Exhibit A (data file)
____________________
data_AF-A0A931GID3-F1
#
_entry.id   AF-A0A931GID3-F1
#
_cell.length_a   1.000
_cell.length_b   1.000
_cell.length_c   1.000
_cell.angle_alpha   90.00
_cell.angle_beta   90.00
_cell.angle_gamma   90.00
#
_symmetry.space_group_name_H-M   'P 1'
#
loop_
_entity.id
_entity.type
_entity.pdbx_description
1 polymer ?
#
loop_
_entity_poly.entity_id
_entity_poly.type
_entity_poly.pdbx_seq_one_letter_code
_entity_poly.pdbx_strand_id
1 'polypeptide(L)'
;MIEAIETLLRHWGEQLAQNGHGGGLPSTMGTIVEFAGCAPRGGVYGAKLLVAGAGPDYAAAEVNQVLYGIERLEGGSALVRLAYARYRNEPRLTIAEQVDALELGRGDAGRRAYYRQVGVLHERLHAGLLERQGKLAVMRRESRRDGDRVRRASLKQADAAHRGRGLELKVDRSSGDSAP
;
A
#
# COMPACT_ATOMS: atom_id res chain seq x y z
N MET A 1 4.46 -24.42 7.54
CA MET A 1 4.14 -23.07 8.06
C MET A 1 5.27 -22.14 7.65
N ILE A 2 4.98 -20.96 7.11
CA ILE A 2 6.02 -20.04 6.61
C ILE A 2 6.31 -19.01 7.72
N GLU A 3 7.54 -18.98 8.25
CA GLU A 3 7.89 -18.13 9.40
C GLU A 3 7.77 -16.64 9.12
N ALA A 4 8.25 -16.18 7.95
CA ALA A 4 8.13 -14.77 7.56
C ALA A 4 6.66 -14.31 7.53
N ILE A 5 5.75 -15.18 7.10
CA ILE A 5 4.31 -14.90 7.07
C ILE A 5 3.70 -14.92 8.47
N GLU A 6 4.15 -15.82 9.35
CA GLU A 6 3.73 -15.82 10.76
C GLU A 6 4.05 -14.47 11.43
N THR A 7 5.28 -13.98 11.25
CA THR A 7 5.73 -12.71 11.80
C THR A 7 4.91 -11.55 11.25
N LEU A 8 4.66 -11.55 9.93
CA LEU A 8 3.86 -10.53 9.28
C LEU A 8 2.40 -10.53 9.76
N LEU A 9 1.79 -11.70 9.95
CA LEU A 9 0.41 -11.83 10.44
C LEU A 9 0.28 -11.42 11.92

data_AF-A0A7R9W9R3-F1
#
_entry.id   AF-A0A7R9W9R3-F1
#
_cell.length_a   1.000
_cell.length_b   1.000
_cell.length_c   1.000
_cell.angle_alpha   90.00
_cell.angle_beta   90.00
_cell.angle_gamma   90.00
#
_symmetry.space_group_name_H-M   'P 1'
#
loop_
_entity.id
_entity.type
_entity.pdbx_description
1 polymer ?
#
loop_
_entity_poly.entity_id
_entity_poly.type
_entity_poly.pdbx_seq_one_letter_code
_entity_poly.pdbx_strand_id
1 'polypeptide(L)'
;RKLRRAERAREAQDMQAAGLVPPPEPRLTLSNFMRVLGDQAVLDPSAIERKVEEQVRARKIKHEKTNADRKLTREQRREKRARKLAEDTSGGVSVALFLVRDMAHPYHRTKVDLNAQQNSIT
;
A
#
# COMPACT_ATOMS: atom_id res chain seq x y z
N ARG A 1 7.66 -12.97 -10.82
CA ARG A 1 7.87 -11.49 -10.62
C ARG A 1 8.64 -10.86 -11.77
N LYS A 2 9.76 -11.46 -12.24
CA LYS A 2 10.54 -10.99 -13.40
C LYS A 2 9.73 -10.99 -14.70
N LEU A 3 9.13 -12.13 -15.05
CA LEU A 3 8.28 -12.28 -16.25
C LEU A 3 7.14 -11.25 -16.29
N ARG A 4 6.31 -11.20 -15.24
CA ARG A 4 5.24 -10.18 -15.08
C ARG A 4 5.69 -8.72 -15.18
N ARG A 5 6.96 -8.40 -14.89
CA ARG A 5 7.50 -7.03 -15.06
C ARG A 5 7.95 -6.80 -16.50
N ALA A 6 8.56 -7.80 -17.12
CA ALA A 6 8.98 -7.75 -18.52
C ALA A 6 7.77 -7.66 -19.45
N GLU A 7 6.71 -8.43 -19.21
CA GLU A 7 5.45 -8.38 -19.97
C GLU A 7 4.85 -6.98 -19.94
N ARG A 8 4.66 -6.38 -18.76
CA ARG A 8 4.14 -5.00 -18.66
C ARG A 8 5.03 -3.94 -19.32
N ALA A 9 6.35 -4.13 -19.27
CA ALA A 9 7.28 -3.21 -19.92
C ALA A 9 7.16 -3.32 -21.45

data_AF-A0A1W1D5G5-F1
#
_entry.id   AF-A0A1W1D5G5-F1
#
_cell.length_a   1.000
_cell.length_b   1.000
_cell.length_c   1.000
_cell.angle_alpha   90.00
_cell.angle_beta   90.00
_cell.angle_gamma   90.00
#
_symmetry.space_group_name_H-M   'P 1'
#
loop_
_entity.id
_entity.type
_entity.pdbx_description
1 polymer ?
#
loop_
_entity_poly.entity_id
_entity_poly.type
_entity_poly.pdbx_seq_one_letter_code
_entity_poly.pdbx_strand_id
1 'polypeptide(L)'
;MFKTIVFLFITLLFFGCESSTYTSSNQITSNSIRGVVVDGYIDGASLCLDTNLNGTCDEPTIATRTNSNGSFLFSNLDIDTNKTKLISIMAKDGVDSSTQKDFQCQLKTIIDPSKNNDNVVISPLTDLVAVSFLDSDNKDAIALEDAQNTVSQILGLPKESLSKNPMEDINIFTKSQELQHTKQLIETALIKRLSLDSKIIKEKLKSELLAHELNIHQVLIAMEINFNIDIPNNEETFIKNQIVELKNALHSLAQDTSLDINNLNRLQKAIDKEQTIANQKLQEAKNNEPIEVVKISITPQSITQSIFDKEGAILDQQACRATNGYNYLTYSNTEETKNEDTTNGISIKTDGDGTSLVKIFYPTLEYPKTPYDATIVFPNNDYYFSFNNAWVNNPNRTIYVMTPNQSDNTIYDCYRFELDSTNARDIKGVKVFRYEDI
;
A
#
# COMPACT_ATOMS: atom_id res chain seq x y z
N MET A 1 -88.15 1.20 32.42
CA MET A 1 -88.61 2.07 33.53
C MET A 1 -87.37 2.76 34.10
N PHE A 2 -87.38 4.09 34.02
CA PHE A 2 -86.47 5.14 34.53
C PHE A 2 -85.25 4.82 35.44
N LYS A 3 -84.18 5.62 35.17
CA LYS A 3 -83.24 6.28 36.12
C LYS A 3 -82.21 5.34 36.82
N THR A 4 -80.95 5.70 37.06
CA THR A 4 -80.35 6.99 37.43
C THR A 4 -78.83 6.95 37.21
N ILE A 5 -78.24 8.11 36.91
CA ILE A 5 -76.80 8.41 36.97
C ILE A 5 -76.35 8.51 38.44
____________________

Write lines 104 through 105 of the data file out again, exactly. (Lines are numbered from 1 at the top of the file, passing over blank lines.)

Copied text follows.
CA ALA A 6 8.98 -7.75 -18.52
C ALA A 6 7.77 -7.66 -19.45